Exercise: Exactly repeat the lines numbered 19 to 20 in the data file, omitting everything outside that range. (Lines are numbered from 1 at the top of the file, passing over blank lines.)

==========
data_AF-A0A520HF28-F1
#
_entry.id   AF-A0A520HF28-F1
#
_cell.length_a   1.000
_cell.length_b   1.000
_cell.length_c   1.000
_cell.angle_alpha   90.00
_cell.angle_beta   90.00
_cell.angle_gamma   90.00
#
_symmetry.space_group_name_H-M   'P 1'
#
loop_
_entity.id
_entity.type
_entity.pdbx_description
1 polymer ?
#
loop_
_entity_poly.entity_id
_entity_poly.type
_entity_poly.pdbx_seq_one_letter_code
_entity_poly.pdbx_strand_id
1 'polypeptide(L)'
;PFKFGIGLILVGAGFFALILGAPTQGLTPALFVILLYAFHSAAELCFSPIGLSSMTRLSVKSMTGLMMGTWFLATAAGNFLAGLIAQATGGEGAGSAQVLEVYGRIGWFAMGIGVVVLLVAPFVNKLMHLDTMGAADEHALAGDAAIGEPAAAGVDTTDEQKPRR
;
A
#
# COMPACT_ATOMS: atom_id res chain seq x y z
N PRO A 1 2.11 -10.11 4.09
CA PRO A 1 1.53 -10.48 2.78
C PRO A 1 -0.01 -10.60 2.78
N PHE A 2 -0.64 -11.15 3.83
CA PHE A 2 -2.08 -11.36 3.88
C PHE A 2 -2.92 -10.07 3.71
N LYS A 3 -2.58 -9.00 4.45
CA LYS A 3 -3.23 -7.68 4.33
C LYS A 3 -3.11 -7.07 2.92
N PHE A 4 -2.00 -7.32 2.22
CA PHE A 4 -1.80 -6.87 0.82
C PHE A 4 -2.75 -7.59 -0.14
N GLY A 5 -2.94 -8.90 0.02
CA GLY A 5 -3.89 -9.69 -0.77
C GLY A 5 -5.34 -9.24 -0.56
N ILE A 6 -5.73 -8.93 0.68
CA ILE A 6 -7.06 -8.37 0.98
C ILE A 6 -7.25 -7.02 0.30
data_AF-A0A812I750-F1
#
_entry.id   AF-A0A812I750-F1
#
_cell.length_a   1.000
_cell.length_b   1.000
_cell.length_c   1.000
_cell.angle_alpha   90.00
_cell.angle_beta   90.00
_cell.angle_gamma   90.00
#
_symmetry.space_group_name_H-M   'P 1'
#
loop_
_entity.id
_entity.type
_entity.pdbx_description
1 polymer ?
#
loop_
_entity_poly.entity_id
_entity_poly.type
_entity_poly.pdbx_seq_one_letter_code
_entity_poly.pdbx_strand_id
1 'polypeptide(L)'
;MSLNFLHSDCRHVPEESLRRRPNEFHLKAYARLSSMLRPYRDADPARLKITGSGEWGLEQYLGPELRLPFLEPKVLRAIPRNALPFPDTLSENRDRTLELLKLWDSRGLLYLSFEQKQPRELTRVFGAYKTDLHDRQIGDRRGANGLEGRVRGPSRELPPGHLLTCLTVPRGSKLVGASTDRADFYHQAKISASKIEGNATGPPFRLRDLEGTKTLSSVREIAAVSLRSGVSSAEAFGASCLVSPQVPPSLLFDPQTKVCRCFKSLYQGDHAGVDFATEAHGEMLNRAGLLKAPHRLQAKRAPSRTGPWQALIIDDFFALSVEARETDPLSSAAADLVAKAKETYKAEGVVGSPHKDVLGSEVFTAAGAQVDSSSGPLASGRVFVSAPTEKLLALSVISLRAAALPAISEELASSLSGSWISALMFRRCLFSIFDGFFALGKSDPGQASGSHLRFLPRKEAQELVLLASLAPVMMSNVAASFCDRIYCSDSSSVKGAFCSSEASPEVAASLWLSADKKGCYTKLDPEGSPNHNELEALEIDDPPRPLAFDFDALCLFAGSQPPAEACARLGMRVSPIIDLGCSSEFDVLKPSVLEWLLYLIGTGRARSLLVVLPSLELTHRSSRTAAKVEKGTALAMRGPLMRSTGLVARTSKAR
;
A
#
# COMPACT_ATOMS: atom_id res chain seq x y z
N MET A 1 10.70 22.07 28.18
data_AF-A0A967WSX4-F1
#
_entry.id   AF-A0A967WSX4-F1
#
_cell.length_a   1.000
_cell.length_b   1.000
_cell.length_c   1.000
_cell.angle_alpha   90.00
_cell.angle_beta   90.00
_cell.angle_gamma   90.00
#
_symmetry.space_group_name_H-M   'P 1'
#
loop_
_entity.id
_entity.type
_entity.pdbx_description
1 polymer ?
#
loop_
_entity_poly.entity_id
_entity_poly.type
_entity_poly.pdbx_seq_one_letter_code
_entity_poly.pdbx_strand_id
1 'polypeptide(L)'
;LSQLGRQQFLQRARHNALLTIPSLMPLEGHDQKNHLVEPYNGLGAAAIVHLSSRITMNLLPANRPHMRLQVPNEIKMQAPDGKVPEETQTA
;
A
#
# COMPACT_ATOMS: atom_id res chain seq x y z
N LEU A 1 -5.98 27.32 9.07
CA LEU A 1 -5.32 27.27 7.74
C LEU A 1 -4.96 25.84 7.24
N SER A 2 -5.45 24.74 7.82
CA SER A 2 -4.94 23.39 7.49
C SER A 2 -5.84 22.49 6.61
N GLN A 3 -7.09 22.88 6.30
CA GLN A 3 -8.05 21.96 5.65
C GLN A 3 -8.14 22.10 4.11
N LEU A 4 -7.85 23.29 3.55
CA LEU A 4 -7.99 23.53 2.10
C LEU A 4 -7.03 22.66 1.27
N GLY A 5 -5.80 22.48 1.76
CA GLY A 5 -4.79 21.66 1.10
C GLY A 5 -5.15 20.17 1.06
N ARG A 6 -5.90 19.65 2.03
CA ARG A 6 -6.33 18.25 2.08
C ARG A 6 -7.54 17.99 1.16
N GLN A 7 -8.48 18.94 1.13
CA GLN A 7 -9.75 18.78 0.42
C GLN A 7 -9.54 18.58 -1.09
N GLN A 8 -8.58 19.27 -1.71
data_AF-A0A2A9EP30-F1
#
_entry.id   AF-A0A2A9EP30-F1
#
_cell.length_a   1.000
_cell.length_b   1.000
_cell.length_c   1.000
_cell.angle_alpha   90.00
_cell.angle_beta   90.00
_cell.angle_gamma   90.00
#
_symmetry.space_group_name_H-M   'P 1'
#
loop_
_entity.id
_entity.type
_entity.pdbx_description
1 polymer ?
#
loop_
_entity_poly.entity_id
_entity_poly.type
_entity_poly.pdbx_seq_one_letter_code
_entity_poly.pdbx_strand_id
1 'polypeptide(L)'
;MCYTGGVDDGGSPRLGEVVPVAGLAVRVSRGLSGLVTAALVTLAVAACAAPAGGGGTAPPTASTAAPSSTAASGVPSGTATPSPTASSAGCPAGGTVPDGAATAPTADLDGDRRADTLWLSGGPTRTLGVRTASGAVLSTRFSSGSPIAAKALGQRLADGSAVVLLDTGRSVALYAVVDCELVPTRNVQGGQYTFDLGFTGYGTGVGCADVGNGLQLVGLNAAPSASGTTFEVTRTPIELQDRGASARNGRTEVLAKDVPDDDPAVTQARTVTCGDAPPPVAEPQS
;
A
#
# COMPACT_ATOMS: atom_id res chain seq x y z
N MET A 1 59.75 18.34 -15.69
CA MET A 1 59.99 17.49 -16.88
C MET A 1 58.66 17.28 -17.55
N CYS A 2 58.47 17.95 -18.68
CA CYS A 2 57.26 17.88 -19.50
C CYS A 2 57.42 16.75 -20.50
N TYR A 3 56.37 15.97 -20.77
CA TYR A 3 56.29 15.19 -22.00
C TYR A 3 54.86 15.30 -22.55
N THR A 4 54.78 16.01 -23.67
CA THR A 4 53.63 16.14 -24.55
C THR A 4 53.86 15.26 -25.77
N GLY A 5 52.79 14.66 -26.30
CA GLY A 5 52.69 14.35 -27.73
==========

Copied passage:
#
loop_